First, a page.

Now, this isn’t to insist that this transition is going to kill television.  Television is visual entertainment, and it’s still the case (maybe even more-so, now) that video connects to others unlike any other medium.  This is to insist that companies distributing content may want to take a step back and learn how we, the viewers, choose to ingest that content.

Generally speaking, if you ask anyone under age 25 how they view their favorite shows, chances are they’ll return the same answers. Hulu, their DVR, and most importantly; Netflix. Avenues such as these stand as new mediums of sharing content amongst a large crowd, and with changing times, there’s a chance that these could become a new standard.

Here’s an example. NBC’s “Community” is a primetime television show about a group of seven quirky community college students and their life-changing and hysterical adventures through their four years of school. The show retained a huge cult following; the issue was NBC couldn’t recognize it. Why? Because fans of the show are generally under age 25, and chances are they don’t even have cable to watch it on.

Ratings (based on viewership) started to slip. The show found itself on a Friday night slot (not great for a primetime schedule) and on the verge of cancellation after its third season. Once their fan base received word of this, they did practically everything they could to save the show. Netflix and Hulu viewing exponentially increased. More people were accessing the show via On Demand services and DVR. The hashtag campaign #sixseasonsandamovie, insisting that the show deserved to receive six seasons and a movie, went viral virtually overnight. These fans were so dedicated to keeping the show on the air, and did everything they could to do so, except the one thing that would actually raise ratings; watching the show on television when it actually aired.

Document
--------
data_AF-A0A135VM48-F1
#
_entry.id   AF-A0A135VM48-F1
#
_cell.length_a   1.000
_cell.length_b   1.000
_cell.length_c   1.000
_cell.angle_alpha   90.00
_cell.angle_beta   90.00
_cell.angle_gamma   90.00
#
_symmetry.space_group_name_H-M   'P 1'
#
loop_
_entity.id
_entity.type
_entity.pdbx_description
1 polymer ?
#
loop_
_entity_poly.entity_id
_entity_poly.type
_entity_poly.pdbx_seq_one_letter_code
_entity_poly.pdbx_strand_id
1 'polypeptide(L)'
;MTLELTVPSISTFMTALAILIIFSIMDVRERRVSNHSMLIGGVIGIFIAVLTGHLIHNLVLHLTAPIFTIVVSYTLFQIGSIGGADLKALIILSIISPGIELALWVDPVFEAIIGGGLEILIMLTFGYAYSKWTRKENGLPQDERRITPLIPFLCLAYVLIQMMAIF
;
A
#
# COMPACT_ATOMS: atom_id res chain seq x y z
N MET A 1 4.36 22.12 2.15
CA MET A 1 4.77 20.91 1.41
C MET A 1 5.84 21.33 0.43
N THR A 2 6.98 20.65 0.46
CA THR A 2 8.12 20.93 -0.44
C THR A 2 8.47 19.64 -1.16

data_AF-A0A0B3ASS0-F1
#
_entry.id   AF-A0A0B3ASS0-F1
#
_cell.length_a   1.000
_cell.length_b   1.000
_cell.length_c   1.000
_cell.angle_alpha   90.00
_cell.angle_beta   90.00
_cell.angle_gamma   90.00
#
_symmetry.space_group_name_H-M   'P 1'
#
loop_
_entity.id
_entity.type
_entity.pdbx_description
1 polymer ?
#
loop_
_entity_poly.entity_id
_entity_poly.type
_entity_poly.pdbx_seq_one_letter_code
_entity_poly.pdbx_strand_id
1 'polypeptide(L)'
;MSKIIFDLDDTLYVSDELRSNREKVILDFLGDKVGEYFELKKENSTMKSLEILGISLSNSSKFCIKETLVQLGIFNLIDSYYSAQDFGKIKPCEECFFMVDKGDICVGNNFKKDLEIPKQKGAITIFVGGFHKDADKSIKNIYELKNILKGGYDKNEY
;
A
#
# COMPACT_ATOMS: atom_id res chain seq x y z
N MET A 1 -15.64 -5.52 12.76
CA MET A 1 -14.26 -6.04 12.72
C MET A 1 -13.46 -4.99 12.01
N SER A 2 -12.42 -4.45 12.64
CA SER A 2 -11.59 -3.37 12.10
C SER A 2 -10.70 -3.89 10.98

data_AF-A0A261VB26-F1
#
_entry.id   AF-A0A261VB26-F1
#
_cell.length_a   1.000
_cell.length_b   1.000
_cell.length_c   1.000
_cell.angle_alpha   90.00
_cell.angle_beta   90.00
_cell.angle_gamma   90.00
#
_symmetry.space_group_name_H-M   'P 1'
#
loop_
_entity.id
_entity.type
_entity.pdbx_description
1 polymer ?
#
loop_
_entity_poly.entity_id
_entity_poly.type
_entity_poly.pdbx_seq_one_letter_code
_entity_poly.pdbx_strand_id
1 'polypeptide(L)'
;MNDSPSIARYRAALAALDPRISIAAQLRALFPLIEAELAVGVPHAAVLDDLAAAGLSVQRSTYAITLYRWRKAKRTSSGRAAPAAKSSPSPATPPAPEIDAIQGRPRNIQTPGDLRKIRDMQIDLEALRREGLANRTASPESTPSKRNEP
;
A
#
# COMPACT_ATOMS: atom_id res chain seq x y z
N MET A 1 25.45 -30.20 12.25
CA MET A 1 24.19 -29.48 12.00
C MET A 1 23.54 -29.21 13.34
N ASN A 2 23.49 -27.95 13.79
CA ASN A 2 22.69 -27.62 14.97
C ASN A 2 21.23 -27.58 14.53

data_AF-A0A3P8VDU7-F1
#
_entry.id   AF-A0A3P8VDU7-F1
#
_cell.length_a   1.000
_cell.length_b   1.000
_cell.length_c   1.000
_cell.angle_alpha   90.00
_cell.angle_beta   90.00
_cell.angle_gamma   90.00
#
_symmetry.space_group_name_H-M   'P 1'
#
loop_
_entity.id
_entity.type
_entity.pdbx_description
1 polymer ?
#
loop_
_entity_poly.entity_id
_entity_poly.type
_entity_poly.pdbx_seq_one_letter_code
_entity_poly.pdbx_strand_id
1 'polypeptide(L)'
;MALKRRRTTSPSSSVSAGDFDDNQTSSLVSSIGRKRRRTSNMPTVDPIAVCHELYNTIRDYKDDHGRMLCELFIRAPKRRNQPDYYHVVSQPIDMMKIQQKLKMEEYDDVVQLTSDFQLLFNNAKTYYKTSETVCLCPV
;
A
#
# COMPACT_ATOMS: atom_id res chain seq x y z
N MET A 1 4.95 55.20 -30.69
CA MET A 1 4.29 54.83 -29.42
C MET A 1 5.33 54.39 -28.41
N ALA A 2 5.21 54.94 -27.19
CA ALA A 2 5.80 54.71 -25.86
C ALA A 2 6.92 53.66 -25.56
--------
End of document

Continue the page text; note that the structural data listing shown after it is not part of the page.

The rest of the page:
As this was happening, ratings for “Community” were still hardly sub-par, but when the time came, the executives at NBC signed the show for a fourth season. The show is currently onto its fifth season and stronger than ever.

How can we relate this back to content marketing? Well, it shows us that one avenue isn’t always the only avenue. YouTube may be the second largest search engine in the world, but Instagram is the second largest social media site in the world. Why not put some of your video content there? Even though Facebook is the top social media site right now, who’s to say Google+ won’t get there?

Like with television, the future of content marketing is undetermined, more-so now than ever before. Every avenue could have potential to become a new standard. We now have the ability to ingest content from so many sources that no one could ever possibly be sure where the next viral trend will end up. As a business owner or content marketer, you should always keep the potential of “what-if” in mind. As the internet continues to grow exponentially, the avenues we have access to taking are endless, and we shouldn’t squander the possibility of new avenues taking over our respective markets.